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STONE AXE (Stone Axe II - Deluxe Edition) 2CD

Hardly a month goes by in 2012 without a new release from a Tony D. Reed-related band. And if it's not one of his own bands, than its an album which he produced. But I have no reasons to complain, because I really, really like what he does or, put differently: I'm a fan. Therefore, dear reader, I have to tell you that it is time again for my monthly hymn of praise, but I can assure you that my praises are honest at least. This time my attention turns to the second STONE AXE album that was originally released on the band's own label Music Abuse Records in 2010. Ripple Music have certainly done an excellent job on the 2012 re-release, just like last time with STONE AXE's first album (review here). But instead of a bonus DVD, 'Stone Axe II - Deluxe Edition' contains a second disc of 15 tracks that were only available on vinyl until now. In other words, if you missed the opportunity to buy one of these rare singles and split releases of STONE AXE, then there is a good chance now to make up for the failures. And if you have never ever heard about STONE AXE before (and want to change that now), then this luxurious 2CD set is a perfect start.

We'll kick off with the first disc which contains the original second album, 'Stone Axe II'. Basically, I have not changed my mind about this killer album, so that my old review keeps its validity. So, If you're interested in reading it, please click here. The second disc bears the titel 'Vinyl Only & Assorted Bits' and is chock-full of great songs. These include a magnificent early version of 'Black Widow', (featuring bassist Marshall Trotland and drummer Harley Trotland), as well as 'Metal Damage' (taken from the split 7" with Mighty High) where STONE AXE display their N.W.O.B.H.M. sensibility. These ripping guitar leads of Tony D. Reed are in a class of their own.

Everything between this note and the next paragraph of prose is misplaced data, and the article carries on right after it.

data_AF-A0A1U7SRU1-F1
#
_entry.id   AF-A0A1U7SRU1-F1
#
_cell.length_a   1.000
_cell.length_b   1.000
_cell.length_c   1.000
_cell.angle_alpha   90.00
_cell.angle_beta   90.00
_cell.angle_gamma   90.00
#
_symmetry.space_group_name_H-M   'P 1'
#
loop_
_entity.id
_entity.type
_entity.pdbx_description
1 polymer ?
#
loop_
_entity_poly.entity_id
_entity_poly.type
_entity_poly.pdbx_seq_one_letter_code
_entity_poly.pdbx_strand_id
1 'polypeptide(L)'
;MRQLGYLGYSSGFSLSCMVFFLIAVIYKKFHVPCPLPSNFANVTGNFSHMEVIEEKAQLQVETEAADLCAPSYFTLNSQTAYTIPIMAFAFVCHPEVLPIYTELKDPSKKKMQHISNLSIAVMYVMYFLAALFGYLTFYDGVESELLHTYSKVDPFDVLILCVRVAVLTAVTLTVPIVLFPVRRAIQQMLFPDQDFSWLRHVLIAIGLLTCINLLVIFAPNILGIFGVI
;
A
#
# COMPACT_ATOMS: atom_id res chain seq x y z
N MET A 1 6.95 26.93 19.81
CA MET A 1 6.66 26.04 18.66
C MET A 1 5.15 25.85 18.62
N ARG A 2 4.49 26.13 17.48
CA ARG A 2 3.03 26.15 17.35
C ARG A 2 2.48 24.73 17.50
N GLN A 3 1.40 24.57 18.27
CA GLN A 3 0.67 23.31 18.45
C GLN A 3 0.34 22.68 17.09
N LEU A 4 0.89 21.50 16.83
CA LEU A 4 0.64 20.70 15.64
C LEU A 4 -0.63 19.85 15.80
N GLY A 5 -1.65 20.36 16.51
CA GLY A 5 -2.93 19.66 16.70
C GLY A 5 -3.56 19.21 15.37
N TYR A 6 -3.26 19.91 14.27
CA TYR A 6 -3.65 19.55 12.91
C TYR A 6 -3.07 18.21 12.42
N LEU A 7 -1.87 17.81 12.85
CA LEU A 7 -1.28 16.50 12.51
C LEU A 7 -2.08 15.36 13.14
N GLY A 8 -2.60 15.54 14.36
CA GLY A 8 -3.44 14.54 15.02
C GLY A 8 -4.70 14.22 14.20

The explosive live version of 'Taking Me Home' makes absolutely clear that STONE AXE really flourish on stage while 'The Devil's Hand' is the perfect combination of early Black Sabbath and Free. 'For All That Fly' by contrast reveals a calmer side and unfolds a southern rock vibe with the help of acoustic guitars. I am particularly pleased that all three tracks from the split 12" with Wight can be found here, as I did not know them. These include 'Slice The Darkness' that is somehow untypical for STONE AXE. It sounds like Joy Division at the beginning, but an organ evokes a 1960's mood and vocalist Dru Brinkerhoff reminds me a little of Jim Morrison. The last song, 'Transmissions pt. II', is also very different from what I already know from STONE AXE. It's more psychedelic and very hypnotic but also very heavy , especially near the end of the track.

Further highlights are two cover versions. First, there is 'SWLABR' from Cream and STONE AXE have actually managed to sound exactly like Cream. It really struck me. Second, there is 'When I Came Down' and if you're a well-informed fan of early Black Sabbath you should know this track. It was written by Norman Haines and dates from the very early days of Birmingham's finest band. Indeed, a very good choice and much better than the thousandth version of 'War Pigs' or 'Iron Man'. All in all, the second disc is as great as the original album on the first disc. There are no fillers or uninspired leftovers, but 15 energetic cuts which will please each classic rock afficionado. An additional advantage is the playing time of more than 60 minutes. That means that you get a lot of STONE AXE for your money, especially when considering that disc one is 40 minutes long. The deluxe edition is completed by an informative booklet where JJ Koczan where he gives his love for STONE AXE full scope. To sum it up, this re-release is very highly recommended.